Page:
The doctor scheduling dilemma

In recent times, it's become clear that the old-fashioned system of working doctors around the clock and giving them erratic schedules is a problem. Some veterans continue to insist that 24-hour shifts and unpredictable hours are just part of the job, but others have begun to admit that times have changed.

By just about any measure, the problem is reaching crisis levels. Not only do mixed-up schedules and sleep deprivation cause physician burnout and job dissatisfaction--driving many to consider a new career--research is piling up suggesting that unpredictable hours and long shifts can lead to medical errors. For example, a recent AHRQ study found that when interns worked five 24-hour-plus shifts, medical errors went up a remarkable 700 percent, and the chances of making errors causing death increased 300 percent. Those numbers knocked me back in my chair when I read them, and they should alarm the heck out of providers, too.

The question is, when will the studies and task forces end and real change begin? Despite scientific evidence that doctors can't function without sleep or work with a complete lack of structure better than other mortals, many facilities still expect interns and doctors to work like machines. Clearly, the medical culture is very resistant to change--especially on this issue--but somebody's going to have to lead the way.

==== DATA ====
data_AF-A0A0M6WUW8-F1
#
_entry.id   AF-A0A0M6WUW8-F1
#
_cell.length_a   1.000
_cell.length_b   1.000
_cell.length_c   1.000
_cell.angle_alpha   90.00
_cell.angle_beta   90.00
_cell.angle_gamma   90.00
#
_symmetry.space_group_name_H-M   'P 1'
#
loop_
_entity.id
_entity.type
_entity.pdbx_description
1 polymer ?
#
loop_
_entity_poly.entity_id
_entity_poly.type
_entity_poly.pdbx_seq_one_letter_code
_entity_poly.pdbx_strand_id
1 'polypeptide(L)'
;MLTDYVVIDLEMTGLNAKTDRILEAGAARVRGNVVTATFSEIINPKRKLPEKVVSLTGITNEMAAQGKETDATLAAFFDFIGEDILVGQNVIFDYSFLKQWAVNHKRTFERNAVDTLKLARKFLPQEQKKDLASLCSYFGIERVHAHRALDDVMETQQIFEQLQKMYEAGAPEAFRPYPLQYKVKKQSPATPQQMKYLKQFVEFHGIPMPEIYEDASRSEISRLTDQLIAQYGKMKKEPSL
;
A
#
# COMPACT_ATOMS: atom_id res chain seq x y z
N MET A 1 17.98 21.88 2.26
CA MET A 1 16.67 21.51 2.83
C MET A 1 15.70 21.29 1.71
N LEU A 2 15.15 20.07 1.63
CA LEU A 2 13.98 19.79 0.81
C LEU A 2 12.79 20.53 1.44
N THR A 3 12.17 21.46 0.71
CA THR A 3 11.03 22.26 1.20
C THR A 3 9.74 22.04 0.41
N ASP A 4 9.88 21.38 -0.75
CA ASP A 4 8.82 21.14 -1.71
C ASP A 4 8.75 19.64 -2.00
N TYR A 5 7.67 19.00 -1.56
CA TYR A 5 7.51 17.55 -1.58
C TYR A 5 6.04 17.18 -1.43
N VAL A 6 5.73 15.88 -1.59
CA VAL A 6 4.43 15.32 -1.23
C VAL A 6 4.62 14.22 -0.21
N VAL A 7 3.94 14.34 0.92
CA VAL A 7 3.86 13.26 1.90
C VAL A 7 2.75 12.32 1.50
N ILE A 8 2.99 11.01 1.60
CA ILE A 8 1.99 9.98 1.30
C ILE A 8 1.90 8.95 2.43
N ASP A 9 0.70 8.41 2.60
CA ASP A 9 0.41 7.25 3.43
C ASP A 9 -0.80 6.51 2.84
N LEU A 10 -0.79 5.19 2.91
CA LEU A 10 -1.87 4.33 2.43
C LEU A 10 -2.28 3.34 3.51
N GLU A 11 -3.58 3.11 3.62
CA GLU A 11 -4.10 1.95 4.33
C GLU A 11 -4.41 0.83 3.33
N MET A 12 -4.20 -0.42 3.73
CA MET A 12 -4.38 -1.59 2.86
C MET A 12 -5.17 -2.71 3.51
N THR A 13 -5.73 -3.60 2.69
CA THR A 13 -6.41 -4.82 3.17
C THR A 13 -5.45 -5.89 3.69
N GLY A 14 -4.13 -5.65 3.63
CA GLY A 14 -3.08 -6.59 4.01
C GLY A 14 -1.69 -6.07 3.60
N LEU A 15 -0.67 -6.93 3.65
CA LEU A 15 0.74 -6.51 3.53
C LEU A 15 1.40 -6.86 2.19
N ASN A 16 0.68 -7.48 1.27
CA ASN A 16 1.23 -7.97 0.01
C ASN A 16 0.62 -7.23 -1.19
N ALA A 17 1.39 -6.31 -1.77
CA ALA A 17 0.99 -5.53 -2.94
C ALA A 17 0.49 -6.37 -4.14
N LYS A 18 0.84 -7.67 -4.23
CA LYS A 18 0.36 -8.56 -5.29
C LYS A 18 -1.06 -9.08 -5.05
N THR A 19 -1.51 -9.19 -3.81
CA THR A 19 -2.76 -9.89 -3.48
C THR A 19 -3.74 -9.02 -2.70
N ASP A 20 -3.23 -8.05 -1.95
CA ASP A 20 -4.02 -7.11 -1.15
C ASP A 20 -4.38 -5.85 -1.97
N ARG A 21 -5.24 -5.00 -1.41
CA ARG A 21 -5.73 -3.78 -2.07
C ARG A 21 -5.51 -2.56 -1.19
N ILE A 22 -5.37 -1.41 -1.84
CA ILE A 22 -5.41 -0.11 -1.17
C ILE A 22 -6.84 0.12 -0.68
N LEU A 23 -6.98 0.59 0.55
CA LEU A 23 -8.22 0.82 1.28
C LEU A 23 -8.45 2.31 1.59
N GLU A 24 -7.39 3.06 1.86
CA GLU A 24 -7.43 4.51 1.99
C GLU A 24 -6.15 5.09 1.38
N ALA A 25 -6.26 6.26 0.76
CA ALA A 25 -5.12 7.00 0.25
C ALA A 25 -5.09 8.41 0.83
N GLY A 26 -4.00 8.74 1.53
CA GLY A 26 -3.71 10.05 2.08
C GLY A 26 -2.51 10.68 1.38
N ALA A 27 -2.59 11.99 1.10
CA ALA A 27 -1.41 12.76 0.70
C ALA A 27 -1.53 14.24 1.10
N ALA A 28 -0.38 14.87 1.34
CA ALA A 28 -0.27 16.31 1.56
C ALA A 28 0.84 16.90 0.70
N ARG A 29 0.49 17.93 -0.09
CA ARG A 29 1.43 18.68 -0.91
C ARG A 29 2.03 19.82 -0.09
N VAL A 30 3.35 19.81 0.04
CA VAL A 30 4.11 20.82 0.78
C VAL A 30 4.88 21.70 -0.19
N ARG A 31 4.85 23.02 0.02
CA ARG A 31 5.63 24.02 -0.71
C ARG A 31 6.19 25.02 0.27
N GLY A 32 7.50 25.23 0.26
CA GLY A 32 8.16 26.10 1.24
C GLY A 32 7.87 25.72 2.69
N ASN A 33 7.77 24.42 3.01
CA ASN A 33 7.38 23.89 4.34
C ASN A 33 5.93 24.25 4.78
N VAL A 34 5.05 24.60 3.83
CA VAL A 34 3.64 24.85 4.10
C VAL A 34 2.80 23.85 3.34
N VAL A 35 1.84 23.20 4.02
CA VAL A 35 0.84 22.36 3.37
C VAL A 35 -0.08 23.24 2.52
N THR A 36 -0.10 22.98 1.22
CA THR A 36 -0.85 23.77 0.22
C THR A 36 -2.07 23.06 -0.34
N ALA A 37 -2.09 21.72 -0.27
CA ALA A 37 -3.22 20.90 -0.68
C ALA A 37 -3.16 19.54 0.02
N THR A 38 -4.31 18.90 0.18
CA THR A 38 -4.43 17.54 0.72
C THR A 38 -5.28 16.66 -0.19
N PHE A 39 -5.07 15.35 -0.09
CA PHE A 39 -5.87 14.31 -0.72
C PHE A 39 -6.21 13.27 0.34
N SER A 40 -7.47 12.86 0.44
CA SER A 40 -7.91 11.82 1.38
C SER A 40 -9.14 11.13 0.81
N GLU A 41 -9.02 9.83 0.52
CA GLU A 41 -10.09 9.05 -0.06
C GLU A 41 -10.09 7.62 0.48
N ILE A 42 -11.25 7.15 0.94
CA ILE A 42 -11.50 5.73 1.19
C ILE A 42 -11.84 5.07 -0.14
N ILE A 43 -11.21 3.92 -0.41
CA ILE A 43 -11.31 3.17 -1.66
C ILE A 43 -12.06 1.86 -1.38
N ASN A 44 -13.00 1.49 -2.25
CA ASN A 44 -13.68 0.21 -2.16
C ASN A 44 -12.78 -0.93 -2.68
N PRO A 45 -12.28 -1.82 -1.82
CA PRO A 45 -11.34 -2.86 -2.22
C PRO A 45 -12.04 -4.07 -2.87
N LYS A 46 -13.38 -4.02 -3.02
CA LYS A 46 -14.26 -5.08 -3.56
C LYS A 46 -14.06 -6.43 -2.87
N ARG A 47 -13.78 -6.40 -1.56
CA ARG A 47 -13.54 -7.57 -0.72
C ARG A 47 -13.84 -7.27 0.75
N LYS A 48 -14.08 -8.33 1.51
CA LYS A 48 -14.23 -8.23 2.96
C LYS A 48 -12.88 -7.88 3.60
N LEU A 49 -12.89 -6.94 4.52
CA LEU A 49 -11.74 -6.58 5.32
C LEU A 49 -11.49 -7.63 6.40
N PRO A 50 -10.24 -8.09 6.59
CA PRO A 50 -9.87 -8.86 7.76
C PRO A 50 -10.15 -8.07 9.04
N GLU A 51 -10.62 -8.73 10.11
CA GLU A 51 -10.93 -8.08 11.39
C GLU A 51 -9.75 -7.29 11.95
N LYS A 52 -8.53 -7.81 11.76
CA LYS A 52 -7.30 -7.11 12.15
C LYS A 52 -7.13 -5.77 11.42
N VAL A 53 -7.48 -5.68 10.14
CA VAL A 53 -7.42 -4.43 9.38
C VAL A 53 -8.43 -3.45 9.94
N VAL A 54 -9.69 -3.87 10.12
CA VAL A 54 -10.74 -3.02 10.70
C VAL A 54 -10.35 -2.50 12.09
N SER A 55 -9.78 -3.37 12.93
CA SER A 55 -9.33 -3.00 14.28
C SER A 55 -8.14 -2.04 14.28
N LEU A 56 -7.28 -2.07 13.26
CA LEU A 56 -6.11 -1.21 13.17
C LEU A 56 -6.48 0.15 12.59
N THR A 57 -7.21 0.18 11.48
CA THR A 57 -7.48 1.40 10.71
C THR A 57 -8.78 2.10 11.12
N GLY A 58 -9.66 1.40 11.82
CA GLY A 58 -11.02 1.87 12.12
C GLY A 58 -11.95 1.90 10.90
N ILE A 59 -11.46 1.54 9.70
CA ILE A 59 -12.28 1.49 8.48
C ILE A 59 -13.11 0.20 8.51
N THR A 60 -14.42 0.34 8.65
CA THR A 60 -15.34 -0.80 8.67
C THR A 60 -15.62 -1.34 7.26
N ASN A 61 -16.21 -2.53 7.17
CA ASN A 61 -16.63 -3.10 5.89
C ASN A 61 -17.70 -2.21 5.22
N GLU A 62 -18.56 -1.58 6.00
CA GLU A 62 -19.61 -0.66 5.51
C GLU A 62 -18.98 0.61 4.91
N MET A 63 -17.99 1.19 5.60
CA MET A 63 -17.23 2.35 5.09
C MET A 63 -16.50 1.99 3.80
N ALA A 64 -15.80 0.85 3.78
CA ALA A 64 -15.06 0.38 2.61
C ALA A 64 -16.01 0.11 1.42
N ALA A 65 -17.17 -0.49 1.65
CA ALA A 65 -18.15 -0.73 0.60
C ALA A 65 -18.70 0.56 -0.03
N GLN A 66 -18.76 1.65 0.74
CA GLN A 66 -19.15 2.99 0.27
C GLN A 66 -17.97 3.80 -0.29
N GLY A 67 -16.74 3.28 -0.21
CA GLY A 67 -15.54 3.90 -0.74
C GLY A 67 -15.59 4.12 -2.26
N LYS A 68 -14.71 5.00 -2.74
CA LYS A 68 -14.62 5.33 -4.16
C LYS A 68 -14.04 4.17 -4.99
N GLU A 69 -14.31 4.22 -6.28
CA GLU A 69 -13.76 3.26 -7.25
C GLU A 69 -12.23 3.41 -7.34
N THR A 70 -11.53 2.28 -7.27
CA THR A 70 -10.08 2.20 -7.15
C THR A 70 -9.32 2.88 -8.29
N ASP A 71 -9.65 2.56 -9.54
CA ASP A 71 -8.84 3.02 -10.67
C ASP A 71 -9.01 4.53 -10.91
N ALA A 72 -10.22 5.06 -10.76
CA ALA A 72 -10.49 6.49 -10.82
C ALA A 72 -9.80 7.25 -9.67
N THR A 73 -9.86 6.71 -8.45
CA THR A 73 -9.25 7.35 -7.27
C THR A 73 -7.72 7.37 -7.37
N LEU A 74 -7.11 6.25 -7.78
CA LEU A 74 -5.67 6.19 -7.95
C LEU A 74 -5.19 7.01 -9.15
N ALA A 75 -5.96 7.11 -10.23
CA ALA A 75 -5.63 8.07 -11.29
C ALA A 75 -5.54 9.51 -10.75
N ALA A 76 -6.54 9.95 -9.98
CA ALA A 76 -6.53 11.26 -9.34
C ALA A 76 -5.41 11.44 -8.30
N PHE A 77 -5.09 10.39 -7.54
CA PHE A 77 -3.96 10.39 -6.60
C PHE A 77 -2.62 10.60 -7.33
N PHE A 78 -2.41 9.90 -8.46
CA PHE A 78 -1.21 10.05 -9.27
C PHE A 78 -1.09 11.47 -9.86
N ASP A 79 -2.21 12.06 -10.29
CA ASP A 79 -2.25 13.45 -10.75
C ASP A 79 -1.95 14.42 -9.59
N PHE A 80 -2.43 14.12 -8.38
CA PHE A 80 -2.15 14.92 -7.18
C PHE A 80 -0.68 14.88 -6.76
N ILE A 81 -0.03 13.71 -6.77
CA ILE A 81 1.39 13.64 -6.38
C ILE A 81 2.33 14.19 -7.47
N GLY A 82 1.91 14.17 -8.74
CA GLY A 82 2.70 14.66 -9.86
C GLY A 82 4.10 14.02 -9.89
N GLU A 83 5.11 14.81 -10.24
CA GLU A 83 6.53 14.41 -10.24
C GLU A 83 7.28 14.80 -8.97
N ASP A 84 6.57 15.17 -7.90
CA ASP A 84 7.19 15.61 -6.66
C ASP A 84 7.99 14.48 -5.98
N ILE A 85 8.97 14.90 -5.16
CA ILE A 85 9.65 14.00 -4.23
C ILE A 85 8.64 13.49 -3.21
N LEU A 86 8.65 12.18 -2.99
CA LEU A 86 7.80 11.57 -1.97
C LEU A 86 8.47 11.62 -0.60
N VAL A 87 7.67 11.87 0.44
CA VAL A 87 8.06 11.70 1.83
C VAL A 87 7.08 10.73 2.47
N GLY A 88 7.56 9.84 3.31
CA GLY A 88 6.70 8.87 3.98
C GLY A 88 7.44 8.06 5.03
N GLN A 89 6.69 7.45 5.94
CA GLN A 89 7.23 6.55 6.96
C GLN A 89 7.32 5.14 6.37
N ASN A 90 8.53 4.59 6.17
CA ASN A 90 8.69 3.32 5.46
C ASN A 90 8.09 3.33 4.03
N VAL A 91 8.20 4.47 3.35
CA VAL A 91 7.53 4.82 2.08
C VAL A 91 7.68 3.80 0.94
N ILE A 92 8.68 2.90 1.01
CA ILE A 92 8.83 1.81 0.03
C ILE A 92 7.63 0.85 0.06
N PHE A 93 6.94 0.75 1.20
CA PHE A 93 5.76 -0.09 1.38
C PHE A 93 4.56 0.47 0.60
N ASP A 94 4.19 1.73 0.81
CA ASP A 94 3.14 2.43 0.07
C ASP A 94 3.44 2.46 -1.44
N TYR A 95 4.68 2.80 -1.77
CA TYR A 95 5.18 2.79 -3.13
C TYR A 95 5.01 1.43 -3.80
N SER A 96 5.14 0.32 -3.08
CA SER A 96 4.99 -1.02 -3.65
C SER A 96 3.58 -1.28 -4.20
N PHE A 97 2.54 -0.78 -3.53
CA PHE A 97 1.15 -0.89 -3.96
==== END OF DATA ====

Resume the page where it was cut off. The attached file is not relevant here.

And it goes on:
If hospital execs don't begin to make some shifts in physician schedules, Congress make take matters into its own hands. Just this week, a group of U.S. House Energy and Commerce Committee Members asked AHRQ to do another study into the relationship between physician schedules and medical errors. If this new AHRQ study reaches the expected conclusion--that doctors aren't machines--legislation is likely to follow.

Instead of letting lawmakers make (possibly wrongheaded) attempts to regulate physician work schedules, why not start a physician working committee in your hospital looking at ways to create realistic, human and safe schedules? (You could probably slide in a discussion of how to structure realistic on-call schedules, too.) Ultimately, reducing burnout and cutting medical errors are in everyone's interests. And you'll probably save thousands on coffee, too. - Anne

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